NAB latest anti-scam strategy targets dodgy SMSs

NAB SMS Link program

NAB has announced it will remove hyperlinks from unexpected text messages sent to its customers in a further bid by the bank to stamp out phishing and social engineering scams.

Links in text messages sent from NAB will now be replaced with bare text advice directing customers to either the bank’s website, its call centre, or internet banking or mobile app portals.

NAB sent around 112 million SMS texts to customers last year, many of which, it added, “contained links intending to helpfully notify customers of things like when an account is about to be overdrawn or a new debit card has been posted.”

The bank confirmed it is 95 per cent of the way through its program to remove links from unexpected text messages, anticipating it will complete the project by the end of July.

Text messages sent from NAB subsidiaries Ubank, JBWere or Citi Consumer Bank are not currently included in the program.

SMS links are a common vector of attack for cybercriminals, with scammers frequently embedding phishing, or indeed ‘smishing’, links that trick customers into either sharing sensitive information, downloading malware, or sending them money.

In five months to the end of May this year, Scamwatch, the ACCC’s dedicated scam reporting service, has received more than 53,000 reports of SMS scams, representing by far the largest category of scam type.

The second-most reported scam, from emails, has been reported 33,000 times over the same period.

So far this year, Australians have reported to Scamwatch more than $13 million in financial losses from SMS scams.

Across the 2022 calendar year, the ACCC received a total of nearly 76,000 SMS scam reports, with a total loss of more than $28 million.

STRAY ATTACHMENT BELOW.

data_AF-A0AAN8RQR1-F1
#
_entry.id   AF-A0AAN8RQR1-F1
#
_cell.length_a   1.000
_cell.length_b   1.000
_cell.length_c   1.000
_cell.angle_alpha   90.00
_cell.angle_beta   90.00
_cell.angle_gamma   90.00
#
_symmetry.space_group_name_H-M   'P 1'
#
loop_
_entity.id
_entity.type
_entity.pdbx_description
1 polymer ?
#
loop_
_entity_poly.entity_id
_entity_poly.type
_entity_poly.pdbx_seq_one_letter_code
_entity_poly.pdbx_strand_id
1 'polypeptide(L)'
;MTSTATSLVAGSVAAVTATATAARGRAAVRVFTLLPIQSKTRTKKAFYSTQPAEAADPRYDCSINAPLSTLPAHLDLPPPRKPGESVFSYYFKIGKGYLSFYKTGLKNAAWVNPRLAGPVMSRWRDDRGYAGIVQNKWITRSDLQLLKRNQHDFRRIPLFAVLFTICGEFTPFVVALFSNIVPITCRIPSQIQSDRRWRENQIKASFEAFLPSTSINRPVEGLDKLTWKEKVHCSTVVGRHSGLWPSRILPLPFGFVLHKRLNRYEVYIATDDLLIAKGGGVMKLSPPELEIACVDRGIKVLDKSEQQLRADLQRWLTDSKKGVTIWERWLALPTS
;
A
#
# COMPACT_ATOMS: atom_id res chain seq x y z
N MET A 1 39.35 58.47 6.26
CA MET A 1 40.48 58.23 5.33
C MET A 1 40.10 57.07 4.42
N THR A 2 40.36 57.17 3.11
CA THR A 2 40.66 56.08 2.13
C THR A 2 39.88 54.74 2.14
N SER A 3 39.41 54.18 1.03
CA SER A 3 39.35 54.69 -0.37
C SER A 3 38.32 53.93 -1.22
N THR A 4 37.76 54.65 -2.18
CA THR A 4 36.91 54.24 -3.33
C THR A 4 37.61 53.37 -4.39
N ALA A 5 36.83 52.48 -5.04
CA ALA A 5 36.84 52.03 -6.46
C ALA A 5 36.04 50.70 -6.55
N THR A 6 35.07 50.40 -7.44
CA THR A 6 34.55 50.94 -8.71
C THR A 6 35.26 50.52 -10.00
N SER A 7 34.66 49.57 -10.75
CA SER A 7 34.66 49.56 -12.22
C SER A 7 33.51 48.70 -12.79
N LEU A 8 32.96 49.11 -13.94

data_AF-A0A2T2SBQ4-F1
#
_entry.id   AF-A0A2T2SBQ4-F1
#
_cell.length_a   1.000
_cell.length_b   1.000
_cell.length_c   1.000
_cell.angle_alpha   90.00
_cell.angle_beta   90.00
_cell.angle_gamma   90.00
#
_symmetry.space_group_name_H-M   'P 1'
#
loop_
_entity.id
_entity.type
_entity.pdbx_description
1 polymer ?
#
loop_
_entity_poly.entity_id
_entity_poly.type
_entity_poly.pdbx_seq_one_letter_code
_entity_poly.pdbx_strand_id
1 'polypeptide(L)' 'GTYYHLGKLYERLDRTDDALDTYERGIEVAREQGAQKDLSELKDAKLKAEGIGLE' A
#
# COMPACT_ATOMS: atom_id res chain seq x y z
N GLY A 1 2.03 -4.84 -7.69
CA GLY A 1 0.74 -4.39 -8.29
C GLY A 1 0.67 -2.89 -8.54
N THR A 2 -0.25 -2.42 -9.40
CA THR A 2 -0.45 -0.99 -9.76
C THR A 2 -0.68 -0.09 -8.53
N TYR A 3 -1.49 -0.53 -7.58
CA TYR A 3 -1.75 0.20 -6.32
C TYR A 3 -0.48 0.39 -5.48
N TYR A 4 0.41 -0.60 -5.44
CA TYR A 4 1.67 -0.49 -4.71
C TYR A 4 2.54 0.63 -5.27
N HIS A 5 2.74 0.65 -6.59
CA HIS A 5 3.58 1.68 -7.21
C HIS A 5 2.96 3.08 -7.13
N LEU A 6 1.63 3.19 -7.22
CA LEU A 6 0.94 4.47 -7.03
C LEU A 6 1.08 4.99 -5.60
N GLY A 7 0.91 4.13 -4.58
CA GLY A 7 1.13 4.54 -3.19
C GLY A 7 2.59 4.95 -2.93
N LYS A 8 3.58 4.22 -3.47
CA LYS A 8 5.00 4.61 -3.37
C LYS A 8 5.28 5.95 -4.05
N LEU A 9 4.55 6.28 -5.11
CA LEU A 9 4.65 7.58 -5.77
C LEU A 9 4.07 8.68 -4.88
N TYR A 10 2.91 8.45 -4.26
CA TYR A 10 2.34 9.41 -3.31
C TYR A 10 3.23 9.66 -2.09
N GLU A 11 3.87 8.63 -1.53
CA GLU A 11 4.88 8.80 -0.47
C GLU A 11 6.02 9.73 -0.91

Commenting on the bank’s latest scam prevention strategy, NAB chief executive Ross McEwan said the bank’s aim from the program was “to make it as simple” as possible for a customer to determine the legitimacy of a message from the bank.

He warned customers to be conscious that, from now, text messages officially sent from the bank should no longer contain a link, with NAB adding that it will never ask customers to confirm, update or disclose personal or banking details via a link in a text message and will never ask customers to click a link to log in to internet banking or NAB Connect, NAB’s business banking portal.

“My advice is don’t click on a link. If you get an unexpected text message that looks like it’s from NAB and it contains a link, don’t click on it.”

“We want to make it as hard as possible for these criminals to steal money from hard-working Australians.”

NAB, however, added that its customers may still, in certain circumstances, receive a link in an expected text message from an individual NAB representative (e.g. where they have recently spoken to a NAB banker).

“This could include instances such as domestic violence or hardship support for a vulnerable customer, where other channels of communication may not be possible or appropriate.”